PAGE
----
Published November 22, 2022
Thaddeus P. Waters, MD, has been installed as the inaugural Amol S. Lele, MD, Professor and Chief of the Division of Maternal-Fetal Medicine in the Department of Obstetrics and Gynecology at the Jacobs School of Medicine and Biomedical Sciences.
“To provide the highest quality medical education, the Jacobs School must recruit, retain and advance the best faculty and learners. New recruits like Dr. Waters are integral to the growth and the future of how we care for our community,” Brashear said. “We have sought — and hired — the brightest and the best. Dr. Waters is another exceptional addition to our school.”
“His research and clinical interests in gestational diabetes and premature births — among other areas — align with our university’s commitment to the greater good,” Brashear added. “In short, he exemplifies the type of faculty member we seek to help us achieve our vision of excellence for the Jacobs School of Medicine and Biomedical Sciences and for UB.”
“Here at UB, we are intentionally focused on attracting the very best faculty. Dr. Waters clearly embodies this faculty excellence,” Tripathi said. “As we continue to attract exemplary faculty members to the Jacobs School of Medicine and Biomedical Sciences, we are achieving new levels of excellence in medical education, clinical training and research.”
“I view myself as a custodian and a caretaker of this position and I hope every day that I do justice and honor to her memory and legacy,” Waters said.
Waters, a maternal-fetal medicine specialist, completed his medical degree and residency at Drexel University College of Medicine in Philadelphia and his fellowship in maternal-fetal medicine at MetroHealth Medical Center in Cleveland. He holds a bachelor’s degree in English literature from Washington and Lee University.
He also serves as the medical director for maternal-fetal medicine and the regional perinatal program at Oishei Children’s Hospital.
Waters previously served as director of maternal-fetal medicine, director of labor and delivery and co-director of the Perinatal Center at Rush University in Chicago.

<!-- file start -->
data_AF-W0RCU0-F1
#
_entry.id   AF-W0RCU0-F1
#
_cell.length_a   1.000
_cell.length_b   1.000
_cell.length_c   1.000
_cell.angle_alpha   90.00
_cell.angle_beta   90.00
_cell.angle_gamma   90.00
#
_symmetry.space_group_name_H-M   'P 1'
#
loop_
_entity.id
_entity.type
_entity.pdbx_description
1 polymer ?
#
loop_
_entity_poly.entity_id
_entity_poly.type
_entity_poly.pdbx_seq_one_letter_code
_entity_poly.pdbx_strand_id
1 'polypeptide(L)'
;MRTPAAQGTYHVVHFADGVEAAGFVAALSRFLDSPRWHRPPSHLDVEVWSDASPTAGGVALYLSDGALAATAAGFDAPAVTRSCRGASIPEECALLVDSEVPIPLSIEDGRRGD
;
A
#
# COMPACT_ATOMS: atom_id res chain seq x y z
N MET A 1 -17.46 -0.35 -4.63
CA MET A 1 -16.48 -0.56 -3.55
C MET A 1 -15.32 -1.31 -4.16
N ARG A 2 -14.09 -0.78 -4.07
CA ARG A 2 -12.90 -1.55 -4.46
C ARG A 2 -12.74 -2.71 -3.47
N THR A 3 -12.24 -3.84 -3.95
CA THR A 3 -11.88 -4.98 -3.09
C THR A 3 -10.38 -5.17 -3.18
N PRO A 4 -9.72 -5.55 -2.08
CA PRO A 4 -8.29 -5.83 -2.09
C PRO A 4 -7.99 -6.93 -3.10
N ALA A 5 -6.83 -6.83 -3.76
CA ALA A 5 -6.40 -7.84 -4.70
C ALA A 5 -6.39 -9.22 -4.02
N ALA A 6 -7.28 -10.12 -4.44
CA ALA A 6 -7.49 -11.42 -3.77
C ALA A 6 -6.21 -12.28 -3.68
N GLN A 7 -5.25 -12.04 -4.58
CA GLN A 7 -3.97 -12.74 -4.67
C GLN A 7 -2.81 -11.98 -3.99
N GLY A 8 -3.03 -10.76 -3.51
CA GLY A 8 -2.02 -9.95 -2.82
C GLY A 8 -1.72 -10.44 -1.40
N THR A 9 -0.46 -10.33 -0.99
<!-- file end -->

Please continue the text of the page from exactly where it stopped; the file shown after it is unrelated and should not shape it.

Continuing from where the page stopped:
He is a member of the International Society of Ultrasound in Obstetrics and Gynecology, Society for Maternal Fetal Medicine, American Institute of Ultrasound in Medicine and American Congress of Obstetrics and Gynecology.
The late Amol S. Lele, MD, was held in the highest regard by her patients, trainees and the many medical professionals with whom she collaborated. Throughout her career, she was recognized for her strong commitment to medicine.
Multiple times, residents she trained voted her as “educator of the year.” In 2013, the Buffalo Prenatal Perinatal Network honored her at its Great Baby Beginnings event for her dedication to children and for the education and mentoring she provided. Lele was also honored as Physician of the Year by the Association of Asian American Physicians.
“Amol S. Lele was a brilliant and beloved member of our UB faculty,” Brashear said. “She was a professor who was both thoughtful and thorough with the countless students she educated, and she was a physician who was as deeply passionate with her patients as she was respected in her field.”
“I know I speak for her colleagues, friends and former students when I say how much Amol is missed by all who were fortunate to know her,” Brashear added. “We are humbled to have this opportunity to carry on Amol’s meaningful legacy of service in her name.”
Lele’s husband, Shashikant B. Lele, MD, clinical professor emeritus of obstetrics and gynecology; and their children, daughter Rajal Lele Young, an attorney; and son Kedar S. Lele, DDS ’98, a pediatric dentist; were on hand for the ceremony.
Following his installation, Waters gave the lecture “Will This Time Be Different? The Promise, Challenges and Limitations of Technology in Obstetrics, From the External Fetal Monitor to Noninvasive Prenatal Testing and CRISPR in Utero Gene Therapy.”
He went through a history of technology in obstetrics and gynecology and its impact, including both successes and failures.
He spoke about ultrasound. What was once a rudimentary technology, it now offers real-time three-dimensional views of the fetus.
“Today, not only can we see the baby, but we can identify anomalies. Out of this we developed a whole area of care called prenatal diagnosis, where we can screen for genetic abnormalities and identify structural issues. This area has evolved from not only diagnosing problems, but fixing them while the baby’s inside the womb,” Waters said.
The ethical issues grow ever more challenging, with CRISPR allowing the possibility of changing DNA in patients.
“The possibilities of CRISPR are amazing, however for now there are more questions than answers,” Waters said. “How do we approach the ethical issues this raises?”
He also addressed inequities in maternal-fetal care facing women of color, and the growing disparities for women in urban areas vs. those in rural areas.
“Technology has made some remarkable advancements for obstetrics, with more to come. However, those advancements have not narrowed the gaps we see in our most persistently challenging outcomes. We have many opportunities to address inequities both locally and regionally, to elevate the care and outcomes for our patients,” Waters said.
The ceremony took place in the Ronald I. Dozoretz, MD ’62 Auditorium at the Jacobs School building.